5:45pm: Clark has issued a statement in response to Manfred’s remarks: “Players are disgusted that after Rob Manfred unequivocally told Players and fans that there would “100%” be a 2020 season, he has decided to go back on his word and is now threatening to cancel the entire season. Any implication that the Players Association has somehow delayed progress on health and safety protocols is completely false, as Rob has recently acknowledged the parties are “very, very close.” This latest threat is just one more indication that Major League Baseball has been negotiating in bad faith since the beginning. This has always been about extracting additional pay cuts from Players and this is just another day and another bad faith tactic in their ongoing campaign.”
3:58pm: As of last week, commissioner Rob Manfred was fully confident there would be a 2020 Major League Baseball Season. That’s no longer the case, per ESPN’s Jeff Passan. Manfred told ESPN’s Mike Greenberg on Monday that he’s “not confident” a season will occur because of the lack of dialogue between the league and the union.
This is a quick about-face from Manfred, who declared June 10, “We’re going to play baseball in 2020 — 100 percent.” Since then, though, the union rejected the league’s latest proposal, which was not a surprise after MLB once again fell well short of promising the players the 100 percent prorated salaries they have been banking on receiving. Owners have since turned their attention to the best way to play a season while keeping everyone safe during the COVID-19 pandemic, but if we’re to take Manfred’s sudden pessimism at face value, it may be a moot point.
In defending the owners, Manfred told Greenberg: “The owners are a hundred percent committed to getting baseball back on the field. Unfortunately, I can’t tell you that I’m a hundred percent certain that’s gonna happen.”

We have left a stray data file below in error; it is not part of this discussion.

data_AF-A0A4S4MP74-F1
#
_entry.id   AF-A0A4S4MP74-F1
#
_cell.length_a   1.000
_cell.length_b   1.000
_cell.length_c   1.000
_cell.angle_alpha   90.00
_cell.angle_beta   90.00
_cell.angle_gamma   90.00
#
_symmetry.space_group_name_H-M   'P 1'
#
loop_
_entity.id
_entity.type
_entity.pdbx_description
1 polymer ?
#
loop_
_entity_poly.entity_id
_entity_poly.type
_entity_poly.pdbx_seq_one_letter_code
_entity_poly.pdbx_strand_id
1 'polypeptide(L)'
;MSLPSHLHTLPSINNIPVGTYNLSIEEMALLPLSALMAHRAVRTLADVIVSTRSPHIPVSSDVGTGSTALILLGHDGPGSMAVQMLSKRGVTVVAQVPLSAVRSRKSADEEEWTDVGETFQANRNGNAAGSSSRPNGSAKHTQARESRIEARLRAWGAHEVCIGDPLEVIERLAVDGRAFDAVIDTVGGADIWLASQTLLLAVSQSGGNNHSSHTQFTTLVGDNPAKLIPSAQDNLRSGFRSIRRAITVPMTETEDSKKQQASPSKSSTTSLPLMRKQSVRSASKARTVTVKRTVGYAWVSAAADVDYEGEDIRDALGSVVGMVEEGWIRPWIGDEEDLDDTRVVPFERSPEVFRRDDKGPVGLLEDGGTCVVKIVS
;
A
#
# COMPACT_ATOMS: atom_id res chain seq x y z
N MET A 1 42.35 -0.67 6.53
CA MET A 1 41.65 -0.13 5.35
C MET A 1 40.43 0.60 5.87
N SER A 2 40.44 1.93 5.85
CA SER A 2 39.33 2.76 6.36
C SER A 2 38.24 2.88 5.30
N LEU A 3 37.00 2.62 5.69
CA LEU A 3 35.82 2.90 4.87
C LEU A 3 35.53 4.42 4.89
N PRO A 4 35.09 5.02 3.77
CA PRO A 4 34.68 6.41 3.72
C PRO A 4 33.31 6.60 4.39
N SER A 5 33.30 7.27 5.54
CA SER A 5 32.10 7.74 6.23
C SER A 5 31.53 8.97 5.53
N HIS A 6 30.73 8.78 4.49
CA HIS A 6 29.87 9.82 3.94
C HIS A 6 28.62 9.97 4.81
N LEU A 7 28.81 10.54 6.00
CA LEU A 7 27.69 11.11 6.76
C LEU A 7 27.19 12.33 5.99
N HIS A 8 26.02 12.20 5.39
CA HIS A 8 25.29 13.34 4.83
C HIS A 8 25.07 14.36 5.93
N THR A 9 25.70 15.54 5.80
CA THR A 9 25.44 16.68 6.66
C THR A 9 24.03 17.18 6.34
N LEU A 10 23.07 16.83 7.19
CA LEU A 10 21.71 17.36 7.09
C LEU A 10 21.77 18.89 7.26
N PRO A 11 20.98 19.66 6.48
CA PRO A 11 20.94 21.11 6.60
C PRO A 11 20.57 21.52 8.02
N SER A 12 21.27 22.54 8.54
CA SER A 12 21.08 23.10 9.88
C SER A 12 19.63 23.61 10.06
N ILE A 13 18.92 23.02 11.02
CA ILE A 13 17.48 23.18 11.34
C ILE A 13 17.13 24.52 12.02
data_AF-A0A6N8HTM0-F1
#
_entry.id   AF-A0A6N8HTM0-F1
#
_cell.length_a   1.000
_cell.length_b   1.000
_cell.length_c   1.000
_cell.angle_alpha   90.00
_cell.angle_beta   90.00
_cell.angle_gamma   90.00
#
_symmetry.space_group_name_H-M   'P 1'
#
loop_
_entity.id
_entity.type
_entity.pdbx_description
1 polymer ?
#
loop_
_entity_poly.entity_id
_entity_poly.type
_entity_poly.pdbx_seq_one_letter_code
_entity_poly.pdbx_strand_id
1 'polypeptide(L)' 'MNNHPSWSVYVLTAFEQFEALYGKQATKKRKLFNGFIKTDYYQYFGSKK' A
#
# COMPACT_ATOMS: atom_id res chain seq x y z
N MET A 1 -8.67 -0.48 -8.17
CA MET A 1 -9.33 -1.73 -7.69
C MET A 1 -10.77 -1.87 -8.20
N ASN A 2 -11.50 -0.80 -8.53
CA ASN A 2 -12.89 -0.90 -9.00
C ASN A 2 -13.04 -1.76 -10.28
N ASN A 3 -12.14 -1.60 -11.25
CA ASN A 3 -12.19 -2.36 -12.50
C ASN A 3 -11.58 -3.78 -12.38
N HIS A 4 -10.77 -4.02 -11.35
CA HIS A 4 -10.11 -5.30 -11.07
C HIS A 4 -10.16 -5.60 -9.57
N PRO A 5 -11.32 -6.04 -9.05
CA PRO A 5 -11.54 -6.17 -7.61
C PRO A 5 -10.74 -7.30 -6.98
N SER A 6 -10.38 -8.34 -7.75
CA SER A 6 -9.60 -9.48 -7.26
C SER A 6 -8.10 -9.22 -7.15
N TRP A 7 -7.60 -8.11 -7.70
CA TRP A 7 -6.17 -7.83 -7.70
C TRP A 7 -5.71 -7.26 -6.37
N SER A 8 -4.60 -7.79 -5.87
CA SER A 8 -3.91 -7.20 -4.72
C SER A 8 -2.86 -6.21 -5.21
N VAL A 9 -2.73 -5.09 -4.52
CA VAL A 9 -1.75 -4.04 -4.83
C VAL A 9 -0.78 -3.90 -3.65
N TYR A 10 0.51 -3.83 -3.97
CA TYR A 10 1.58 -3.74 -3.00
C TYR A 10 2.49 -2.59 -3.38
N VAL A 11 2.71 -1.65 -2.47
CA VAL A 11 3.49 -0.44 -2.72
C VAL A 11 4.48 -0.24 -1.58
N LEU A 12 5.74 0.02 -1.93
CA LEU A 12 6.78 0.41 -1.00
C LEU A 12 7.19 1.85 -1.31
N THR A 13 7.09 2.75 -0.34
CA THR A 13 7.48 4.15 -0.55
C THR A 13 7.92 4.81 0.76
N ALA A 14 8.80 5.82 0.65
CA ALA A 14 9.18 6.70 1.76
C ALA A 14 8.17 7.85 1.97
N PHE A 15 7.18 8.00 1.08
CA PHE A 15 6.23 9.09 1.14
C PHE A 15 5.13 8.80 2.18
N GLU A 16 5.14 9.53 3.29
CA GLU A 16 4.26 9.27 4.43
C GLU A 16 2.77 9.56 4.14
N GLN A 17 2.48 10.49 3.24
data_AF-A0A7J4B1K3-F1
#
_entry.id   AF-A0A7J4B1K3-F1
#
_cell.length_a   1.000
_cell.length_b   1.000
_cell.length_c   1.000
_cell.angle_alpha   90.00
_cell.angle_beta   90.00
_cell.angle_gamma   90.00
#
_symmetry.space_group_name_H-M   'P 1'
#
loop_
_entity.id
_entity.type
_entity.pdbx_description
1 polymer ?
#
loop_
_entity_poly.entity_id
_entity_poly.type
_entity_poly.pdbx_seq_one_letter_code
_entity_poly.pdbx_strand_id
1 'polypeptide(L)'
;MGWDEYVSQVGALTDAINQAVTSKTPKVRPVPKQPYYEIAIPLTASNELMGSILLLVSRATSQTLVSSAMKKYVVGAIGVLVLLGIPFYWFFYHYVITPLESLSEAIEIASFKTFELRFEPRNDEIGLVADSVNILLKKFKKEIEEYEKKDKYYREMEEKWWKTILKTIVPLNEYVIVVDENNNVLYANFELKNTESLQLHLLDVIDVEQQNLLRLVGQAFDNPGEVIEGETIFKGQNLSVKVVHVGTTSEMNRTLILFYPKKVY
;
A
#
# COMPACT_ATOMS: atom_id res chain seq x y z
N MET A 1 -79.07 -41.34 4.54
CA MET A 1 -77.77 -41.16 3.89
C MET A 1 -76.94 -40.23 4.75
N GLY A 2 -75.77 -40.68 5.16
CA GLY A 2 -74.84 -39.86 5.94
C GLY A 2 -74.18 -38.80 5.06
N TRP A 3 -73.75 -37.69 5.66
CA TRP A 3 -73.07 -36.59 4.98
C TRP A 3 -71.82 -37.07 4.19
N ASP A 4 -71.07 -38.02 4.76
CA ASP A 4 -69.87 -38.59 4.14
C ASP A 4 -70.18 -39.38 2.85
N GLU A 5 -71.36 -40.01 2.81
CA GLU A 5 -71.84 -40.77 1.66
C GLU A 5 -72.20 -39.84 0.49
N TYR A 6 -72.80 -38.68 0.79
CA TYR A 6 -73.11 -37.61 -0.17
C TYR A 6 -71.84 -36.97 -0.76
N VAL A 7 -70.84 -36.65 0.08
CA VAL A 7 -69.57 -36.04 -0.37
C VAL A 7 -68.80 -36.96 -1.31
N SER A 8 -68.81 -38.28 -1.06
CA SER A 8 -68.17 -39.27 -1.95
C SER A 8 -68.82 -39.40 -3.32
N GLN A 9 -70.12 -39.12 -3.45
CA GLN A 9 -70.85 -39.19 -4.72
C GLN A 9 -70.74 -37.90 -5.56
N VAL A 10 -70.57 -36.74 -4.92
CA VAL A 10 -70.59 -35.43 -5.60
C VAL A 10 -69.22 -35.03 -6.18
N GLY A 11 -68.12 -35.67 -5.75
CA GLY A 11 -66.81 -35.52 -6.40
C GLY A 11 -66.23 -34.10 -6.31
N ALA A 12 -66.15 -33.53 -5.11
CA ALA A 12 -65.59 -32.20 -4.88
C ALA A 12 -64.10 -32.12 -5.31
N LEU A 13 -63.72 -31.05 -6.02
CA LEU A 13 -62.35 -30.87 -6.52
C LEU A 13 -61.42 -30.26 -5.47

The union side, for its part, expressed a desire to play this past weekend. “Tell us when and where,” executive director Tony Clark said.
However, the league sent the union a letter Monday saying there won’t be a season unless the players waive any legal claims against MLB stemming from the sides’ March agreement, Bill Shaikin of the Los Angeles Times tweets. Additionally, Manfred went after the union for the letter it sent to the league Friday.
“Unfortunately, over the weekend, while Tony Clark was declaring his desire to get back to work, the union’s top lawyer was out telling reporters, players and eventually getting back to owners that as soon as we issued a schedule – as they requested – they intended to file a grievance claiming they were entitled to an additional billion dollars,” Manfred said. “Obviously, that sort of bad-faith tactic makes it extremely difficult to move forward in these circumstances.”
As part of the agreement that the league and the union made back, Manfred has the ability to implement as long of a season as he wants (maybe one as few as 40-some games). However, the union could file a grievance against the league for acting in bad faith and not making a legitimate effort to play as many games as possible. Furthermore, as Joel Sherman of the New York Post relays, Manfred could simply opt against starting a season because of a few conditions baked into the two sides’ agreement. As Sherman writes, “1. There are no governmental restrictions on spectators attending games. 2. There are no relevant travel restrictions in the United States and Canada. 3. That after consultation with recognized medical experts and the union that there are no unreasonable risks to players, staff and spectators to stage games in the 30 home parks.”
Therefore, thanks to the ongoing COVID-19 pandemic, Manfred doesn’t have to force any kind of season. However, Manfred did admit to ESPN that it would be “a disaster for our game” for no 2020 campaign to take place.